2019 - Community - Bective
Saturday 2nd February starting at 10.30am - Bective Mill. A description of the day from Pat....
We gathered in the morning at Bective Mill where our host, Jean, had prepared the space for a wonderful celebration which included meditation, healing, singing and dancing, meaningful arts and craft activities, feasting, laughing and more.
As seen in the photographs, Jean had a doorway made which referred to Brigid who was said to have been born in the thresh-hold of her family home – symbolising how she was of this world as well as the Divine realm.
Each person passed through this doorway to be welcomed by other members of the group and the cloak which adorned the frame was unfurled and held by all as some beautuful music inspired by Brigid was played.
The cloak had of course been left out overnight as is tradition at this time. Legend has it that Brigid passes over the land on the eve of her feast day and any cloths - “Brat” - left out will be imbued with healing properties for the coming year.
This YouTube link is of a piece of music played at the meeting: Prayer of the Mothers
Jean then led us in some dancing before we settled down for a wonderful meditation.
After some healing and much-needed grounding, we adjourned to the “craft tables” where we proceeded to make Brigid's crosses and decorate sticks in whatever way took our fancy.
This wasn’t just a craft exercise however as we held our intentions for the coming year as we worked – thus the sticks represent the seeds of ideas that we hope to harvest before the end of the year.
As usual the chat and banter was super and we all learned from each other – especially our visitor and new friend from New Orleans, Camille!
There was a great sense of Spring, Renewal and Feminine Energy throughout the day and as Brigid blessed us with fine weather, some of us went to the Hill of Tara afterwards.
We paid particular attention to the Mound of the Hostages as it's entrance is aligned to the rising sun at this time of the year.
Having worked up a nice hunger by then a few went for dinner in a local eatery to finish off the day's proceedings.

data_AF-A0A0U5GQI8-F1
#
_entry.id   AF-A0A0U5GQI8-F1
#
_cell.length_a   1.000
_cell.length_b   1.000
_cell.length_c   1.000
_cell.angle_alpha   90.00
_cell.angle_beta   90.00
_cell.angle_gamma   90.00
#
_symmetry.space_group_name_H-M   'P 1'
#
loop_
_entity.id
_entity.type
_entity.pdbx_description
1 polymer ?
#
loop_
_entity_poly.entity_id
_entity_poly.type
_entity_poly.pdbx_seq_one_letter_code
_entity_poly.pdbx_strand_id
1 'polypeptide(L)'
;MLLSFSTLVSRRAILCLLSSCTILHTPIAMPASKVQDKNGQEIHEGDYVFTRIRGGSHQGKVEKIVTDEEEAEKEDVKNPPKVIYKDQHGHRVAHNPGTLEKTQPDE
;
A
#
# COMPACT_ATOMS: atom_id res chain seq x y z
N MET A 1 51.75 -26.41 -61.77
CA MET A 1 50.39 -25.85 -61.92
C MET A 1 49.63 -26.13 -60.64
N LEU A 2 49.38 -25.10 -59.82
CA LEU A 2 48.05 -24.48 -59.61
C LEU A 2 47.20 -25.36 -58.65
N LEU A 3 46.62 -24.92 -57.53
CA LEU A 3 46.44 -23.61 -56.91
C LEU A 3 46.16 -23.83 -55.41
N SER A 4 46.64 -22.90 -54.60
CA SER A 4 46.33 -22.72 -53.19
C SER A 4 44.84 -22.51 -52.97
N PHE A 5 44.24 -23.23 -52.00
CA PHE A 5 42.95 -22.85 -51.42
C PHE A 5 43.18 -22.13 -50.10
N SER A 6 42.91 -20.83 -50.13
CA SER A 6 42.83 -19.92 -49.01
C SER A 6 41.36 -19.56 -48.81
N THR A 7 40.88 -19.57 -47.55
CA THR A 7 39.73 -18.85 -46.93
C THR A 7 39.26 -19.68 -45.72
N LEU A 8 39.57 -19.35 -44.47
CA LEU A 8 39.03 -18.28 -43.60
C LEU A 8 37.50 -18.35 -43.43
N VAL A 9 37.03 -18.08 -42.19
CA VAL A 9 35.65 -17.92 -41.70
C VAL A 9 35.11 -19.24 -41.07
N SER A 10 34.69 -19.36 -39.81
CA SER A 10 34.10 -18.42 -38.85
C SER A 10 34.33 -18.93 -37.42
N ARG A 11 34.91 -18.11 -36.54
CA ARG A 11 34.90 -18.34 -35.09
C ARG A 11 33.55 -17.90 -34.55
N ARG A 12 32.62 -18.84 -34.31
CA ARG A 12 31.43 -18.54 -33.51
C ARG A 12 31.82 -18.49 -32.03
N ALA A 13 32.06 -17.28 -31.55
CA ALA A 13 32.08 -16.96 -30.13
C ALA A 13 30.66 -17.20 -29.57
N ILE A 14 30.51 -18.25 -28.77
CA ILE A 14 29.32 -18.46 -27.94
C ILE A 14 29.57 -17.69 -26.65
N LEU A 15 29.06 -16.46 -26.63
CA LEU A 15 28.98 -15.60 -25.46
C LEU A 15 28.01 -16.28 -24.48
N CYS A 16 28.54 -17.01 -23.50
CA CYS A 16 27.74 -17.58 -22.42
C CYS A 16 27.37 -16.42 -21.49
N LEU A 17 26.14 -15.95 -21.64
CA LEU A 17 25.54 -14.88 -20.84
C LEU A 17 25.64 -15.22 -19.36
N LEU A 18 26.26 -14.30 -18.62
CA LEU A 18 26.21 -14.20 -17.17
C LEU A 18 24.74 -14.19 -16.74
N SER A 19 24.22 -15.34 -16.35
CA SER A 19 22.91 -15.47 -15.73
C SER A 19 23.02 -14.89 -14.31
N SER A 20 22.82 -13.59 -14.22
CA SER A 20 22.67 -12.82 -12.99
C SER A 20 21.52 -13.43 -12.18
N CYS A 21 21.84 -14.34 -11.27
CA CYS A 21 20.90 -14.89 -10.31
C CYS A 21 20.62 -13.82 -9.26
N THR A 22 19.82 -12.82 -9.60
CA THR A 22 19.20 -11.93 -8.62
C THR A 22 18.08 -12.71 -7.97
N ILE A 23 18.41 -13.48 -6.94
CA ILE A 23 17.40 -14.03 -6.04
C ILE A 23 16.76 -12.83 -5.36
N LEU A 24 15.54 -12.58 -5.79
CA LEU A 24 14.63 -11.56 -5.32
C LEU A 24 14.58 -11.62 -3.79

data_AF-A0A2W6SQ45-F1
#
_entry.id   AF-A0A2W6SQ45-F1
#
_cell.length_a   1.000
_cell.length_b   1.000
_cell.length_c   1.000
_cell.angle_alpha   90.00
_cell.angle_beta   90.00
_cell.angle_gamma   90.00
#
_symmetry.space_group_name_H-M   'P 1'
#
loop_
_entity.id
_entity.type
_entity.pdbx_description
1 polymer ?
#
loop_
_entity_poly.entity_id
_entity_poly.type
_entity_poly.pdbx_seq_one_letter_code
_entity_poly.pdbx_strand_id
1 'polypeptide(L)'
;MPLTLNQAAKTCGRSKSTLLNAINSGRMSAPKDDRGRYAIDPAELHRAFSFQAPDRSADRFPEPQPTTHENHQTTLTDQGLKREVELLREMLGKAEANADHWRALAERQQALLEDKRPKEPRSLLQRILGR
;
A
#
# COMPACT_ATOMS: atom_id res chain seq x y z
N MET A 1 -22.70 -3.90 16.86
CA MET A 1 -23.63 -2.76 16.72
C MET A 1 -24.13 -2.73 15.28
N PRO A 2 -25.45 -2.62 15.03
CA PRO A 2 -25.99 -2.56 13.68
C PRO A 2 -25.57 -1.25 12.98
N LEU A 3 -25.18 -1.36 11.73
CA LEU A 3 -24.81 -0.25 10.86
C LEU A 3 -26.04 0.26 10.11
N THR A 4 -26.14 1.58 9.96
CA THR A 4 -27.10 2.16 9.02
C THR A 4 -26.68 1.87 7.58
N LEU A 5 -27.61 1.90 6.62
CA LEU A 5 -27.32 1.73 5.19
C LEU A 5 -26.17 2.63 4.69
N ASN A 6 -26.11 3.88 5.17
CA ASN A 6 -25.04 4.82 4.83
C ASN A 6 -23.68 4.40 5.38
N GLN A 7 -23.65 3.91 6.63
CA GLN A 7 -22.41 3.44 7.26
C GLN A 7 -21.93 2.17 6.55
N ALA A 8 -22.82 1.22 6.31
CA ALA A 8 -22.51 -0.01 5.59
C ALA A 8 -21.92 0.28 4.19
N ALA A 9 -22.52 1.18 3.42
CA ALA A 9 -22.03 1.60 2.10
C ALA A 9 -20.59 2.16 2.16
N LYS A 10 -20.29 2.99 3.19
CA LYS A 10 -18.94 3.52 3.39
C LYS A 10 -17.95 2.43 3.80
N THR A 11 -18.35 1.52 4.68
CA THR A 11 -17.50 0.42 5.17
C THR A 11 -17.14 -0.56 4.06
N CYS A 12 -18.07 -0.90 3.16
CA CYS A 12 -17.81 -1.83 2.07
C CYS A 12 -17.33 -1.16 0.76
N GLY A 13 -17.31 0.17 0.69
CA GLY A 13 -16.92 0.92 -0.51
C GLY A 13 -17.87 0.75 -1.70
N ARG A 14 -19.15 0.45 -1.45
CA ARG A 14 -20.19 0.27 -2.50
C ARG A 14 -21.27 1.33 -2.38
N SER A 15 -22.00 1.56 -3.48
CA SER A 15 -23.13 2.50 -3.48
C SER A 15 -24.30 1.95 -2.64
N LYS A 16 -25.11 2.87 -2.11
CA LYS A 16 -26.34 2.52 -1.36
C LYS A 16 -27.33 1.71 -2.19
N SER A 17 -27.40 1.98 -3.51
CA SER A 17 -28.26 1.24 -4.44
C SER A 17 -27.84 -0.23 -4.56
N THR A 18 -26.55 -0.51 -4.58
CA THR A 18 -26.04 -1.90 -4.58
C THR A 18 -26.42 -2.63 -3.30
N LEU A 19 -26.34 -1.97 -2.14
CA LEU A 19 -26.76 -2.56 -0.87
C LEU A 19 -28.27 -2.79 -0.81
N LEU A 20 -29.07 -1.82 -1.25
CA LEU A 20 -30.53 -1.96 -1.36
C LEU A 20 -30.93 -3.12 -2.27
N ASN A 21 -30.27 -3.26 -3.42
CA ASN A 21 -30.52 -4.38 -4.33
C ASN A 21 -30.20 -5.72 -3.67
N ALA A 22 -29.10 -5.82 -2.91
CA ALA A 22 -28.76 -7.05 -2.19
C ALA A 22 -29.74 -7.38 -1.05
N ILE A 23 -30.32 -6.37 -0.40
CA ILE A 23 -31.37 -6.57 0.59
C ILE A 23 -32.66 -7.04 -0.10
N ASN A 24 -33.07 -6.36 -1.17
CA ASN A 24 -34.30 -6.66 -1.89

A wonderful time was had by all and thanks to Jean for all her hard work.
As well as our crafty handiwork, we each brought home positive intentions for the coming year and a sense of community which Jean had worked so hard to foster.
Until the next Celebration, Slan agus Beannacht.
We held Monday meditations in the Mill building until a fire destroyed the inside rooms in 2019. The Bed and Breakfast building was untouched and is still operating as an enjoyable place to rest up beside the River Boyne, dependent on current government restrictions due to Covid-19.
Lughnasadh Reunion on 17th August 2020 was a happy return, with the Monday meditation re-starting on 24th August, albeit outdoors in the BBQ area and limited numbers due to the Covid-19 pandemic. When stricter rules came in these were abandoned, starting again on Monday 5th July 2021.
|Bective meditation Sept 2021.|
This time we were at the Mill in a marquee.
Finally, meditations moved back to their original venue at An Tobar. However Covid restrictions meant that was not viable and we reverted to online connection.
There are records of a Mill being in the area since the heyday of the Abbey, but the history is a bit clouded in mystery. Bective Abbey, sited on a gentle rise above the River Boyne, was established by the Cistercians in 1147. Dedicated to the Virgin Mary it's walls are mainly intact, with beautiful cloisters and other rooms to explore. Recent archaeological excavations have revealed extensive monastic gardens and further buildings probably used by the monks and lay brothers.
The Cistercians owned many granges (farms) and were commercially successful in managing the landscape. Based in France they searched for noble patrons and prime farmland. At Bective they found rich lush pastureland and Murchadh O Melaghlin, King of Meath, and at his invitation they moved into the area and took over the local farms, then employing the owners in the service of the monastery. Austere and requiring strict conformance to the Rules of St. Benedict, their observance included manual work and agricultural labour in the fields of the Abbey. In 1536 Bective was dissolved on the orders of Henry VIII and the community dispersed to live with the locals.
Despite having been restrained in the energy of this powerful management by Christian monks many find a peaceful atmosphere and calmness in the semi- ruined buildings.
There is a small car park and information boards at the Abbey site.
Hidden Treasure - as related in Duchas.ie Schools Project
People say there is gold buried in Bective Abbey. A man named Downes from Cannistown, Navan, who went to America dreamt of gold being buried in an old ruin. He returned home to dig for it and brought three other men along with him. He was digging in Bective Abbey. He never returned and was never heard of again after the first night he went there. People say there is a Bishop buried in a gold coffin in Bective Abbey. This was never dug for.
For other contributions on the celebrations and connections made at Imbolc click on these links:
The following are in the Other Notable Dates and Festivals section which is contributed by Anne.